appellant  sometime  in 1954.  Soon  thereafter  he  started disputes about the legality of the charges realised from him by the appellant in respect of energy supplied for  purposes of  motive power of over 4 B.H.P. and in 1955 filed  a  suit against the appellant for refund of amounts alleged to  have been  illegally collected from him in excess of the  limits. fixed  by the order of December 30, 1942, namely, an  excess standing  charge of 0.69 nP. per B.H.P. per month over  that fixed by the Order of December 30, 1942 and a similar excess unit  charge  of  0.01 nP. per unit.   That  suit  is  still pending  and  with  the disputes involved in  it  I  am  not concerned in this judgment. On  September  25, 1958, the appellant gave  notice  to  its customers  that with effect from November 1, 1958  it  would charge  for motive power 0.09 nP. per unit plus  a  standing charge  of Rs. 2.69 per B.H.P. per month.  The  unit  charge mentioned in the notice was in excess of that prescribed  in the order of December 30, 1942 by 0.04 nP. per unit.   There is  no  dispute  that this notice revised  the  unit  charge existing  at its date but it seems that it did  not  enhance the then existing standing charge.  The notice gave rise  to further  disputes as a result of which two suits were  filed against the appellant on March 31, 1959 in the court of  the Civil Judge, Belgaum.  The first of these suits was filed by the  respondent  Bathena acting for himself  and  all  other consumers  of  electricity  supplied by  the  appellant  for purposes  of  motive power over 4 B.H.P. for  the  following reliefs:               "(a)  That  a declaration be granted  by  this               Hon’able  Court that the standing  charges  of               2.69  nP. per B.H.P. per month and the  excess               sum  of 0.04 nP. per unit of energy  consumed,               for   motive   power  whether   connected   or               otherwise,   are  illegal  and   unauthorised,               inoperative  and ultra vires of the  Defendant               company and the Plaintiff is not bound to  pay               the  same and that the Defendant-Company  have               no  authority to control or interfere  in  the               supply of electric energy or its use, and that               the restrictions imposed in Notice dated 25-9-               58 are illegal, bad in law, and,               (b)   an injunction restraining the Defendant-               Company,  its  servants,  its  agents  or  its               representatives  from levying  and  recovering               the  excess  and  illegal  charges,  (such  as               standing charges and per unit               507               of  consumed  energy  at 0.04  nP.)  from  the               plaintiff,  by means of any coercive  measures               and  from interfering or controlling with  the               electric Supply". The other suit was filed by the respondent Tandulkar also in a  representative capacity in respect of the charge of  0.37 nP.  per unit for electricity supplied for lights and  fans, and it sought the following reliefs:               "(a)  That  a declaration be granted  by  this               Hon’able               Court that the excess sum of 0.06 nP. per unit of               energy  consumed for lights and fans, are  and               unauthorised,  inoperative and ultra vires  of               the Defendant-Company and the plaintiff is not               bound               to pay the same.               (b)   An injunction restraining the Defendant-               Company  its  servants,  its  agents  or   its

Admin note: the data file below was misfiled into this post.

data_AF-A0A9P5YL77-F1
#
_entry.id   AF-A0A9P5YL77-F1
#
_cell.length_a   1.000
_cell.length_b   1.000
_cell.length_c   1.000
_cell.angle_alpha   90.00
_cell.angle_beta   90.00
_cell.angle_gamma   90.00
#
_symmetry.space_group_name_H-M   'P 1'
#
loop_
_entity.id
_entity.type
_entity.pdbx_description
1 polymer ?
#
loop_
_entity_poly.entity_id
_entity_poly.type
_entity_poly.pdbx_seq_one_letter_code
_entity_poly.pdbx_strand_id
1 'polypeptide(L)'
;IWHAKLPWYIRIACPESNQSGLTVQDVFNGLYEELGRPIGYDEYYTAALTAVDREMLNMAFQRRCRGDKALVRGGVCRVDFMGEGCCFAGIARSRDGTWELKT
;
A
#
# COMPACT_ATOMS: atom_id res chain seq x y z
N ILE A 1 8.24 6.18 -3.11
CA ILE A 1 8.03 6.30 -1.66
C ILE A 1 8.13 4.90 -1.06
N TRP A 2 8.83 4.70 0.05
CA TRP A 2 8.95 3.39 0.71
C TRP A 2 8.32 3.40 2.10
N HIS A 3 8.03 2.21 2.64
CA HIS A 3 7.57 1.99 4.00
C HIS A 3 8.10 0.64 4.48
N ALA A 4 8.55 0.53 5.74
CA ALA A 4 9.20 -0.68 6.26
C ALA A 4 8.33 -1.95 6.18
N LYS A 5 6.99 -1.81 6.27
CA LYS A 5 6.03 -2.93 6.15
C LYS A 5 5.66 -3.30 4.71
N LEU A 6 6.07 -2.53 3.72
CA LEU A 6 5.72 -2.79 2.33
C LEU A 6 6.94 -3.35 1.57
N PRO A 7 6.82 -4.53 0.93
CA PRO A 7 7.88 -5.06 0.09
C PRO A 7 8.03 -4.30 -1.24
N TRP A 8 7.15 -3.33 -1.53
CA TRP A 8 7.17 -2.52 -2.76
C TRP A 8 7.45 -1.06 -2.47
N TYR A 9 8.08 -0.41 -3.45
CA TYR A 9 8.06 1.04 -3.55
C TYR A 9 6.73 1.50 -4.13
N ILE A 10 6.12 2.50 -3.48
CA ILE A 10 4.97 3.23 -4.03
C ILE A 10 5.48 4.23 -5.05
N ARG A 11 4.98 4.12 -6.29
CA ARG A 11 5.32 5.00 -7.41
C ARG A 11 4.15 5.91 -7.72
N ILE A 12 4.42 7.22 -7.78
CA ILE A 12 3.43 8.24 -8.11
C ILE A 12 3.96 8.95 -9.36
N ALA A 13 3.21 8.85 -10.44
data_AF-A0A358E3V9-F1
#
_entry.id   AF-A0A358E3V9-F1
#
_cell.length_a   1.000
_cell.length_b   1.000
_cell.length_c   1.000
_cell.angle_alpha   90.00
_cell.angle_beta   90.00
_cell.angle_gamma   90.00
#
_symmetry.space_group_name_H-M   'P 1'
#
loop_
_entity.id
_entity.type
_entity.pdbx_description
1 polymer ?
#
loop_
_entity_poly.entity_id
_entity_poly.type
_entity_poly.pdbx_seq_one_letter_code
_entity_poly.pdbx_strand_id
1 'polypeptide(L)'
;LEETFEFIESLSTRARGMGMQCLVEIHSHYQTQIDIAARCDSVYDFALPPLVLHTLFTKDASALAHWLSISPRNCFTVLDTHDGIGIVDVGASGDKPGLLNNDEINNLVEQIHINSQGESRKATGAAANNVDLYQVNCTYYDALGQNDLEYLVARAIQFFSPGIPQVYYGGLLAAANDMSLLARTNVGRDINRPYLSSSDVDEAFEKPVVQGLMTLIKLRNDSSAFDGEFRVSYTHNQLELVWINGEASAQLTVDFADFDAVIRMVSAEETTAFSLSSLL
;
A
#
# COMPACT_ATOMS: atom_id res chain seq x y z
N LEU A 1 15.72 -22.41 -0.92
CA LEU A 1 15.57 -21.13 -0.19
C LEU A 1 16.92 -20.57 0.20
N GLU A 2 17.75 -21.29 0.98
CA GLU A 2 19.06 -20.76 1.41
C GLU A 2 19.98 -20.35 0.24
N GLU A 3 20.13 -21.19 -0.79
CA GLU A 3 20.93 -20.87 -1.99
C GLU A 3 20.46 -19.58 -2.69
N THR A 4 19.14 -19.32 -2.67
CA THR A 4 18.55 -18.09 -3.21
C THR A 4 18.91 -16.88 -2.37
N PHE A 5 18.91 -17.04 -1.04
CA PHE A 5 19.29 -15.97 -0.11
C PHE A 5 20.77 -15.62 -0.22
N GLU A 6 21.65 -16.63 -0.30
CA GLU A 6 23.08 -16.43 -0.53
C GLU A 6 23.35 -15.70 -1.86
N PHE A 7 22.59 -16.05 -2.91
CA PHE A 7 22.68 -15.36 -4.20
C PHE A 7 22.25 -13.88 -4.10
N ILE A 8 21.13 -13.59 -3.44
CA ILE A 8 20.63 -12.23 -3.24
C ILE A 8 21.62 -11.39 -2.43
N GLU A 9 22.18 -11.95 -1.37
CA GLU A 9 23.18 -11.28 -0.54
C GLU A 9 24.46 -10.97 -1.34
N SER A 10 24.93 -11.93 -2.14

representatives  from levying  and  recovering               the excess and illegal charges, i.e. 0.06  nP.               per unit of consumed energy from the               plaintiff  by means of any  coercive  measures               and from interfering or controlling with the               electric supply". Various  persons were on their own applications later  added as plaintiffs in these suits. The suits were decreed by the trial Court but that  decision was  reversed  on  appeal by a District  Judge.   On  second appeal,  however,  the High Court of Mysore  set  aside  the decision of the learned District Judge and restored that  of the  trial  Court.   The present  appeals  are  against  the judgment of the High Court. I  will first take up the suit relating to the  charges  for motive  power.   To clear the ground it may be  stated  that this suit is not concerned with any charge made prior to the date  that it was filed.  As earlier stated, it asks  for  a declaration  and art in junction.  An injunction  cannot  of course  be in respect of a past period and  the  declaration sought must also, therefore, be confined to the future.   In any case, since the declaration is sought in respect of  the charges  as revised by the said notice as from  November  1, 1958 it is clear that no question as to the legality of  any charge made before November 1, 1958 was sought to be raised. It would have been noticed that the suit was concerned  with disputes about two charges, namely, the unit charge of  0.09 nP.  per unit fixed by the notice of September 25, 1958  and the standing charge of Rs. 2.69 per B.H.P. per month. I  will  first consider the dispute about the  unit  charge. Could the appellant enhance the charge?  It is not  disputed that a licensee can on his own enhance his charges upto  the maximum limit fixed in the licence or otherwise fixed by the Government.  The dispute is as to the right to enhance them 508 beyond that limit, and in this judgment I will be discussing such enhancement only.  It is not in controversy that  under the  Electricity  Act  of 1910 it could not  do  so  but  as already stated, the appellant bases its claim to enhance the charge  on the Electricity (Supply) Act, 1948 as amended  by Act  10th of 1956 with effect from December 30,  1,956.   It will  be noticed that this amendment was in force  When  the revised  rate came into force under the notice of  September 25,  1958.  The relevant provisions of this Act  so  amended are these:               S.    57.    "The  provisions  of  the   Sixth               Schedule and the               Seventh   Schedule  shall  be  deemed  to   be               incorporated in the licence of every licensee,               not being a local authority-               (a)   in the case of a licence granted  before               the commencement of this Act, from the date of               the   commencement  of  the  licensee’s   next               succeeding year of account; and,               (b)   in  the case of a licence granted  after               the commencement of this Act, from the date of               the commencement of supply, and  as from the said date, the licensee shall  comply  with the  provisions of the said Schedules accordingly,  and  any provisions of the Indian Electricity Act, 1910 (9 of  1910), and  the  licence granted to him thereunder and  of  another law,  agreement  or instrument applicable  to  the  licensee shall, in relation to the licensee, be void and of no effect in  so far as they are inconsistent with the  provisions  of section 57A and the said Schedules".